Wednesday, October 17, 2007

under the circumstances

the big question that people are asking is how are you doing? i could say that under the circumstances, we're doing pretty well. n is excelling academically and enjoying ballet. b is having fun at bcc, taking a 10-unit (!) english class and working out four days a week. m is beginning to meet with people for prayer and mutual encouragement. we have begun hosting prayer events for the church plant in renton, and people are beginning to commit to being a part of the work.

of course, all of that is happening in the midst of some difficult adjustments and unwelcome surprises. it's not being able to get a van registered or obtain a driver's license after sitting in the waiting room for half a day. it's trying to figure out transportation for the girls in this automobile-dominated area. it's discovering about $1700 of unexpected auto repairs -- in a week. it's having reimbursement checks held at the bank when large bills (mostly related to moving) are coming due. it's running into obstacles in starting the new church, from the expense of possible sites to the lack of key bits of information. this morning, it was taking a hard fall in the shower, and gimping around for the rest of the day with an ice pack on my back. i'll admit that i don't always handle the challenges with grace; for instance, i've been waking up earlier than i intend to, and can't get back to sleep.

that's why i'm tempted to say that we're doing well under the circumstances. but as the old joke says, what are we doing under there? as christians, we are invited to live above the circumstances. God doesn't promise that it will all go easily or comfortably -- only that we will still have victory in him.

we know
that God causes all things to work together for good

to those who love God,
to those who are called according to his purpose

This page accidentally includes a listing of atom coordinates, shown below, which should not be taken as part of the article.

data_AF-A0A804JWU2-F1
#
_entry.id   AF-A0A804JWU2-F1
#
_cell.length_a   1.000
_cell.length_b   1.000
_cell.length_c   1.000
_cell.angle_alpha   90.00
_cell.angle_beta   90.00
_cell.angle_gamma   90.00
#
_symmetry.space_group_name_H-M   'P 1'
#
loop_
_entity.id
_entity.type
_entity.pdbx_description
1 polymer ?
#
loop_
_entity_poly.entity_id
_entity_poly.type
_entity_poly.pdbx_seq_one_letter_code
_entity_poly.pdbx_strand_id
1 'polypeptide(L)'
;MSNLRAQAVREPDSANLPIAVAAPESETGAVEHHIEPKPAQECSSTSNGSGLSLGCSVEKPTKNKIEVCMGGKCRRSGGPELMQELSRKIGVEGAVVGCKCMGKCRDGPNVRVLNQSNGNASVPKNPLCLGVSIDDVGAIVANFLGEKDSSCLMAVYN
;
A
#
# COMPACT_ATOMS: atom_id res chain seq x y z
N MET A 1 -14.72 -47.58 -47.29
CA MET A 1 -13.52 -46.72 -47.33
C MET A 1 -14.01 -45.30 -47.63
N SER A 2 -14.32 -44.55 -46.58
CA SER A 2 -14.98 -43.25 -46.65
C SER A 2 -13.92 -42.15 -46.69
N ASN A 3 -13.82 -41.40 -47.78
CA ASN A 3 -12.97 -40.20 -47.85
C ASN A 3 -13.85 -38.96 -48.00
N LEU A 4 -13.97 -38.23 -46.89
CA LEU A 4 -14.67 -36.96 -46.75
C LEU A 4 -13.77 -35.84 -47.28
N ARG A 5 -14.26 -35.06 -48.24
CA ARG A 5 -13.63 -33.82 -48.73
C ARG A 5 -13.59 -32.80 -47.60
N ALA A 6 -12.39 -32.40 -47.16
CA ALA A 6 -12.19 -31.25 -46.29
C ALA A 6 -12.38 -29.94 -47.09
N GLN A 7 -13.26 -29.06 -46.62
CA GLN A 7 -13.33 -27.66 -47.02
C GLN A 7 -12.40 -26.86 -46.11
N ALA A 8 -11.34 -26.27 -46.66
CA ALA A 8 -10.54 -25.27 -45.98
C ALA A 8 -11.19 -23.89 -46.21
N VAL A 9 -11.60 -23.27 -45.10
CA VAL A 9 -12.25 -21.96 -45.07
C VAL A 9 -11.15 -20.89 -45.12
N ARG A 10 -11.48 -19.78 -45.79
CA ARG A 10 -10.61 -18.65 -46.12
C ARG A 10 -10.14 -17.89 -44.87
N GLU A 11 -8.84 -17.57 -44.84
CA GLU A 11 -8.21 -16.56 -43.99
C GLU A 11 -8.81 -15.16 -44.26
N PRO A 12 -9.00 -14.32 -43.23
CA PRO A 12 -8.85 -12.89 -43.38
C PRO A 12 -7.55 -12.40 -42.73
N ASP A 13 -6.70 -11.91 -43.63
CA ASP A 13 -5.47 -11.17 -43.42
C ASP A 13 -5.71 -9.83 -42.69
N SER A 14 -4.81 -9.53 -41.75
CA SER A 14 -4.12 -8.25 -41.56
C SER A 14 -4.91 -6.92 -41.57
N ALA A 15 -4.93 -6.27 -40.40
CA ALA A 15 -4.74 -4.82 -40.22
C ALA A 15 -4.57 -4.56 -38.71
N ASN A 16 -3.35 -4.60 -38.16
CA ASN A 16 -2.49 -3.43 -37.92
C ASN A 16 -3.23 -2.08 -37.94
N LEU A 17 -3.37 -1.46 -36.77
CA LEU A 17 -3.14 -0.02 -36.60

romans 8:28

for your sake we are being put to death all day long;

we were considered as sheep to be slaughtered.

but in all these things we overwhelmingly conquer
through him who loved us

romans 8:36-37

i pray that the eyes of your heart may be enlightened,
so that you will know what is the hope of his calling,

what are the riches of the glory of his inheritance in the saints

and what is the surpassing greatness of his power
toward us who believe.

ephesians 1:18-19

Monday, October 01, 2007

crisis of faith

about a month ago, i had a chance to read the time magazine article on mother teresa (find it here). i found it fascinating -- and not a little disturbing. in brief, a book of mother teresa's letters are being published. these letters reveal that despite her public persona, she did not sense the presence of God for nearly 50 years.

the article was not at all what i was expecting. my first reaction was frustration that mother teresa's enemies couldn't leave the memory of this wonderful woman intact. but that was not the case at all. the letters are being published by some within the church who are hoping that she'll eventually be canonized as a saint. they believe that these letters make her faithfulness even more extraordinary, given the agony she endured as she served in this long absence of the felt presence of God. and the article was relatively sympathetic to her plight, especially for a secular publication.

so why did it trouble me? it's not that i think that spiritual leaders should be perfect. on the contrary, i think it essential that christian leaders be transparent about their struggles and even their sin. people don't need perfect leaders. they need leaders who can demonstrate how broken, sinful human beings can trust in a perfectly faithful, loving God.

but a leader who has a very different public face from his or her private experience is problematic. isn't it an issue of integrity? why not just admit that her long hours in prayer and decades of service to God had not kept her from struggling to connect with him? did any of her confessors give her this counsel? i doubt that very many people would have thought less of her or her amazing ministry.

but as i acknowledged in a facebook note, i'm probably not in a great position to critique mother teresa. her courage, perseverance, and radical service to jesus are both an encouragement and a challenge to me. and if my life has a fraction of the impact hers did, i'll consider myself blessed indeed.

then the King will say to those on his right, 'come, you who are blessed of my Father, inherit the kingdom prepared for you from the foundation of the world. for i was hungry, and you gave me something to eat; i was thirsty, and you gave me something to drink; i was a stranger, and you invited me in; naked, and you clothed me; i was sick, and you visited me; i was in prison, and you came to me.'

then the righteous will answer him, 'Lord, when did we see you hungry, and feed you, or thirsty, and give you something to drink? 'and when did we see you a stranger, and invite you in, or naked, and clothe you? 'when did we see you sick, or in prison, and come to you?'

the King will answer and say to them, 'truly i say to you, to the extent that you did it to one of these brothers of mine, even the least of them, you did it to me.'

matthew 25:31-40